I read a book last week that really messed with my head. Okay, so there were some clues … the book was called We Were Liars after all. I went into it expecting some mind games, maybe an unreliable narrator or some misinformation along the way. But in spite of going into it expecting that, it still messed with my head. But this post isn’t about that book (even though I think I’m recommending it – it was so beautifully written; the language was simple and poetic and unexpected and so gorgeous I just wanted to weep at the beauty of it). But it left me in a funk. You know, the kind where you can’t bring yourself to pick up a new book for a few days because (for better or worse) you’re still stuck in the world of the last book? Yeah, that funk.
So then two nights ago, I decided it was time to get out of the funk and pick a new book. Based on some reviews I’d read, I decided to give Shadow and Bone a try. It’s the first in a trilogy (or larger series? I’m not sure) and the third just came out, so there’s been lots of buzz about it lately and I thought I’d see what the hype is about. And I have to admit, I was completely hooked after the Prologue. Completely. I loved the intrigue and the implied darkness and the world-building right off the bat. And the stakes … so inspiring to my current predicament with my own writing. I mean, the main character is in love with her best friend and he has no idea. STAKES. She is small and scrawny but part of an army, joined by magical beings called the Grisha who are led by the mysterious Darkling. STAKES. And she is en route to a crossing of a perilous, otherworldly desert known as the Unsea which may or may not kill her and her entire travelling party. STAKES. All of this before Chapter Four, and all of this isn’t even The Thing. (There are no spoilers here, by the way – I think all of this and more is in the back cover description.)
So I started thinking… how do I incorporate these kinds of stakes into my own writing? When was I first hooked? What was it that grabbed my attention and wouldn’t let me go? And the answer: it was the Prologue.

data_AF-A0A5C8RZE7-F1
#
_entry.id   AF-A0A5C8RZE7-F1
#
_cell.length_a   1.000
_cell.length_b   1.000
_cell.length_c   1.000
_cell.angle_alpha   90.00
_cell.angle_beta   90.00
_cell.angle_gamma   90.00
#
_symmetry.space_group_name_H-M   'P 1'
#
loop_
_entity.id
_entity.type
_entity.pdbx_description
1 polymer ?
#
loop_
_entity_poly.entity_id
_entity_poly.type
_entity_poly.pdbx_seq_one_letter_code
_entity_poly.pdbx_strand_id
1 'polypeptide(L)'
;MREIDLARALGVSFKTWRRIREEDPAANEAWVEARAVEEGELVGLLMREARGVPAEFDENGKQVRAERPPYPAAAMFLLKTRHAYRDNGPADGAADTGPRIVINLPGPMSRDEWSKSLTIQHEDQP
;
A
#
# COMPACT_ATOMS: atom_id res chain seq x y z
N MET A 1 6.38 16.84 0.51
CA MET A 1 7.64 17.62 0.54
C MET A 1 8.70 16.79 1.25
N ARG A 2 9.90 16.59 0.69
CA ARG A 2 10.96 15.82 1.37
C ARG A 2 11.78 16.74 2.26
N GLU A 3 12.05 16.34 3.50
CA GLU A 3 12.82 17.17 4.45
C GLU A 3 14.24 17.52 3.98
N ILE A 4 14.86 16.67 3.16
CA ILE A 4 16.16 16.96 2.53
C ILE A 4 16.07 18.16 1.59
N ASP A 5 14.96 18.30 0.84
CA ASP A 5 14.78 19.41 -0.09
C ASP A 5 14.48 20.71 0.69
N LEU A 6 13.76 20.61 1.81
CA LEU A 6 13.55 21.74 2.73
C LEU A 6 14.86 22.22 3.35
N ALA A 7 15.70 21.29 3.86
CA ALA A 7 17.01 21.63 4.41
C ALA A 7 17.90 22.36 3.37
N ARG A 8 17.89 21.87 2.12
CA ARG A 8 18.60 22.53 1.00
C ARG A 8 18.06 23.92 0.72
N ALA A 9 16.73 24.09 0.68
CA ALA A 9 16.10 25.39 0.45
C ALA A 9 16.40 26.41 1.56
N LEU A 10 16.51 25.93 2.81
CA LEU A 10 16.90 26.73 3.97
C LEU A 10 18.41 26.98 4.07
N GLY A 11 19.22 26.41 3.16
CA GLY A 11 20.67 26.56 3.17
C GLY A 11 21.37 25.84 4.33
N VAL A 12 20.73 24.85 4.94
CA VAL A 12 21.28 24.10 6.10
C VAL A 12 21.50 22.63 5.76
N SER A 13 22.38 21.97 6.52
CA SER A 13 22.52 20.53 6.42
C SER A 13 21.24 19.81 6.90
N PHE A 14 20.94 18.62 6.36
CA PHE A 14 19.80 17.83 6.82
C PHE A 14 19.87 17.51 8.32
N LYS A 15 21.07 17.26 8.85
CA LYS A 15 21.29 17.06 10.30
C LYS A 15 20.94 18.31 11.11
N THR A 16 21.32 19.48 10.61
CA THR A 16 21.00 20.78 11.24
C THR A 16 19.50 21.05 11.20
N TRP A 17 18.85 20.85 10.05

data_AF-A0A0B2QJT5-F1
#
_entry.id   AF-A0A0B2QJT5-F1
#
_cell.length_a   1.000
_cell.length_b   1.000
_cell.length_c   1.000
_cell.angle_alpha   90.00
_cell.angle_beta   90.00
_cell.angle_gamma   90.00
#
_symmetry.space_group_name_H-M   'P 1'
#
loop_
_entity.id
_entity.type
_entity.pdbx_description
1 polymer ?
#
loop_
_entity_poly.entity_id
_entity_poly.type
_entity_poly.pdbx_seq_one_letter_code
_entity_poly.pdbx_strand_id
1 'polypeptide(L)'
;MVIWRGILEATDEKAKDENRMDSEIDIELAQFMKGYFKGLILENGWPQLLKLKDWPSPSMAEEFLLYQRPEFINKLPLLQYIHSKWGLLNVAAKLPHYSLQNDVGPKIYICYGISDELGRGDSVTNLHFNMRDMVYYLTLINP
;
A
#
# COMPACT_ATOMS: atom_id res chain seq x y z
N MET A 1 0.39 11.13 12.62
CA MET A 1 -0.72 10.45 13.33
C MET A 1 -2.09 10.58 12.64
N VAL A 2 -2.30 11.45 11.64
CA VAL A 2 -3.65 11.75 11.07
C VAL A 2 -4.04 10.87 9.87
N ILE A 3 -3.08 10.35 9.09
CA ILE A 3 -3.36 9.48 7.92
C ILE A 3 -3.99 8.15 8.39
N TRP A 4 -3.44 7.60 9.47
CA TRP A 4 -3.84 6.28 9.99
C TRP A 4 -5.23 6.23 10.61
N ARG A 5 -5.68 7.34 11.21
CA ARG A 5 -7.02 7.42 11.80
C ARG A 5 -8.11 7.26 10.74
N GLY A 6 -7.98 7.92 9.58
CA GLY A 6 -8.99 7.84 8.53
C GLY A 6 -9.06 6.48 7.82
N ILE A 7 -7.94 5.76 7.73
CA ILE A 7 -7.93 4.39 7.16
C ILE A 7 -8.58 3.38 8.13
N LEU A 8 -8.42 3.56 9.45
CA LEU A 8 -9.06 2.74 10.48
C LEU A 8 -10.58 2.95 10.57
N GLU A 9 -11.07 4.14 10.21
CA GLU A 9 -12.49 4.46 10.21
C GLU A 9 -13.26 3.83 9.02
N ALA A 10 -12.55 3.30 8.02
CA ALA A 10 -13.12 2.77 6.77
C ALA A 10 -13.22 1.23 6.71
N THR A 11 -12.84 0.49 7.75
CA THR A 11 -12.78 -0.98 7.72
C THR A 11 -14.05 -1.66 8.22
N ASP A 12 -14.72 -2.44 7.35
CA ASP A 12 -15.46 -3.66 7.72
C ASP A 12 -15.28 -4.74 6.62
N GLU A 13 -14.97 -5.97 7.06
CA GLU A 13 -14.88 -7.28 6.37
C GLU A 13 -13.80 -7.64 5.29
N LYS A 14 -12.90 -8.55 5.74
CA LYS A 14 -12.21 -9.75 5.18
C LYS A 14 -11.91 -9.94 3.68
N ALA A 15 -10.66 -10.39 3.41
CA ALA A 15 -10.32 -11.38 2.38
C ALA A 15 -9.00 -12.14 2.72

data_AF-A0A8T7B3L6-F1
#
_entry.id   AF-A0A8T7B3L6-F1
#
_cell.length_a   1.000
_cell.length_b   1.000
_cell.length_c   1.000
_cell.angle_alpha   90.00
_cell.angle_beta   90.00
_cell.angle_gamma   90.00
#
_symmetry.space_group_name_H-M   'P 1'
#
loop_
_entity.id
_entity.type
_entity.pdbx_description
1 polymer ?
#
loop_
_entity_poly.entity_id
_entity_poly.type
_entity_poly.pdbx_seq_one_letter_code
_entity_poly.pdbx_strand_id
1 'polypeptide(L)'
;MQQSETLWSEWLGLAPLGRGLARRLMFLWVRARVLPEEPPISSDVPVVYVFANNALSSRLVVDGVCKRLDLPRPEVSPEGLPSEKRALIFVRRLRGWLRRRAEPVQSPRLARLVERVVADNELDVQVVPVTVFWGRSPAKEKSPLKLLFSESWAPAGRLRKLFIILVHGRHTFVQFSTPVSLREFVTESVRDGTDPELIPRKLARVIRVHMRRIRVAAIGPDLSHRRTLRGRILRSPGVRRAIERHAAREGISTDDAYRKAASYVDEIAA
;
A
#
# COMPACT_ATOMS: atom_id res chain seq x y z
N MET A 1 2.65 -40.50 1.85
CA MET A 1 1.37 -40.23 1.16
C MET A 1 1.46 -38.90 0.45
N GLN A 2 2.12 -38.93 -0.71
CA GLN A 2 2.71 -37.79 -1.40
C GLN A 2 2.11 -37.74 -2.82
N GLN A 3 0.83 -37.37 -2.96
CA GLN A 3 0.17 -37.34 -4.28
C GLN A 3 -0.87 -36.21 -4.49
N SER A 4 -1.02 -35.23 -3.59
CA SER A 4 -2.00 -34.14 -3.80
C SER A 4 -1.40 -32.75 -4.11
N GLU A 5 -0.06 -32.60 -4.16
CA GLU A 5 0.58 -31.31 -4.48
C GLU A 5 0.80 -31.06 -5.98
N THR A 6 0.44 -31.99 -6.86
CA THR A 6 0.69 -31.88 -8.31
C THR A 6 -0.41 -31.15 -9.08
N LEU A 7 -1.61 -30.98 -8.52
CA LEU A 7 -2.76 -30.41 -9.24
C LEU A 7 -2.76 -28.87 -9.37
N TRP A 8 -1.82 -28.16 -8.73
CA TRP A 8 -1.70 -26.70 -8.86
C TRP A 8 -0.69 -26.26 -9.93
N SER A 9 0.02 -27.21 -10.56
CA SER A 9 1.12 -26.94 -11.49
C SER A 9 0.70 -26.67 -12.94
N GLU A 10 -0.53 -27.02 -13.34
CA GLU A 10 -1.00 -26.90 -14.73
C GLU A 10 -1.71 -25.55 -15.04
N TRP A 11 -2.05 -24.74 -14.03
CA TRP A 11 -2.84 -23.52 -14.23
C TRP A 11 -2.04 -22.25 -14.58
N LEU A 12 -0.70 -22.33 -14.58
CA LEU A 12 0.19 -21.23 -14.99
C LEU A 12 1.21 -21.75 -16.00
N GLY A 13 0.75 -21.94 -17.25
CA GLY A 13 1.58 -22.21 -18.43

And THEN I started thinking … Hang on. A Prologue?? But what about The Rules?
You know the rules, right?
- No bright light
- Don’t get them wet
- NEVER feed them after midnight
No wait, those are the wrong rules. But these are no less familiar, I’m sure, to those of us tackling our first novel. How to start that all important first chapter:
- Don’t start with your character waking up
- Don’t describe your narrator by having them look into a mirror
- Don’t use that crutch known as a prologue
So those are the rules, don’t break them or there will be severe Gremlin-like consequences, right? SO WRONG! I’m sure that they’re good rules, and they’re there for a reason. You have to know the rules before you can break them, and all that. But seriously … Let’s look at each of those for a second.
Don’t start with your character waking up. Anyone remember a little book called the Hunger Games? Yeah, it starts with Katniss waking up. She realizes that Prim is missing, and we immediately see how her instinct to protect her little sister will drive the rest of the story. It works.
Don’t describe your narrator by having them look into a mirror. I can see how this could be over-used, or cliche, or just lazy. But maybe you recall Divergent (another favourite of mine), and the opening scene where Tris’s mother is cutting her hair. The use of the mirror is unique for them in their household because they’re Abnegation and it’s the only time during the year when she gets to see herself. And so, breaking this rule WORKS.
Don’t use a Prologue. The first example that comes to mind in breaking this rule is Twilight. Every book in the series begins with a Prologue. But since that series as a whole has fallen into disfavor, the much better example is the aforementioned Shadow and Bone. The Prologue sets up the world so beautifully, and we immediately see the bond between Alina and Mal before they’re older and soldiers and about to be ripped apart. It works.
So who made these rules? Why do we abide by them when clearly they are meant to be broken? Obviously, with the right story and the right hook, they are not the immediate turn-offs that we’re led to believe they are. But aren’t we supposed to have the right story and the right hook regardless of how we open chapter one? YES! So what’s the big deal here?
BREAK THE RULES! Tell your story the way you need to tell it and forget the rest. Let the critics be critics, it’s what they do anyway. At least you’ll get to write your novel the way you know it needs to be written. The way no one else can do it, even if you have to make your own rules.